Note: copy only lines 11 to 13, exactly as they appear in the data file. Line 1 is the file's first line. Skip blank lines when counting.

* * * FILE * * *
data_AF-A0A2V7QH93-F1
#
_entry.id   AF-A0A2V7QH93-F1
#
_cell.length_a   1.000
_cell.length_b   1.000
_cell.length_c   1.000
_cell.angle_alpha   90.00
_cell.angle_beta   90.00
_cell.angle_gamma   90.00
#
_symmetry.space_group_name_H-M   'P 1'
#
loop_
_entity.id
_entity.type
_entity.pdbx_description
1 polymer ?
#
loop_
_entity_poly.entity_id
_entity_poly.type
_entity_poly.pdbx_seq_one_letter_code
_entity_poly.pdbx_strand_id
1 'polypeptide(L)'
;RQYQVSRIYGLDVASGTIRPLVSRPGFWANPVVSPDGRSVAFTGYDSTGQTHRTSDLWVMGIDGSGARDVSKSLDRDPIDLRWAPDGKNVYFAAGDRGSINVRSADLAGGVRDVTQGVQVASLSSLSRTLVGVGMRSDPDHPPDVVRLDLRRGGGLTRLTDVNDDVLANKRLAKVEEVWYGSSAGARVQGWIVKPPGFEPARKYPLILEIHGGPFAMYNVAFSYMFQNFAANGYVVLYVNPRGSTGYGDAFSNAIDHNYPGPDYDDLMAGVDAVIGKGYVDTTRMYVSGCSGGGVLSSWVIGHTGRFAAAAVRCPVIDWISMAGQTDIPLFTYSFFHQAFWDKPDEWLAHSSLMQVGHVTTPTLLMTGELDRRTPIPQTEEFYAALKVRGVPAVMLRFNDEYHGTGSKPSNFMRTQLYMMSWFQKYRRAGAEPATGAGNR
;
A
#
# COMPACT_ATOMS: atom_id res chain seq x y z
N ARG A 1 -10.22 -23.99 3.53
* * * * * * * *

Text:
#
_symmetry.space_group_name_H-M   'P 1'
#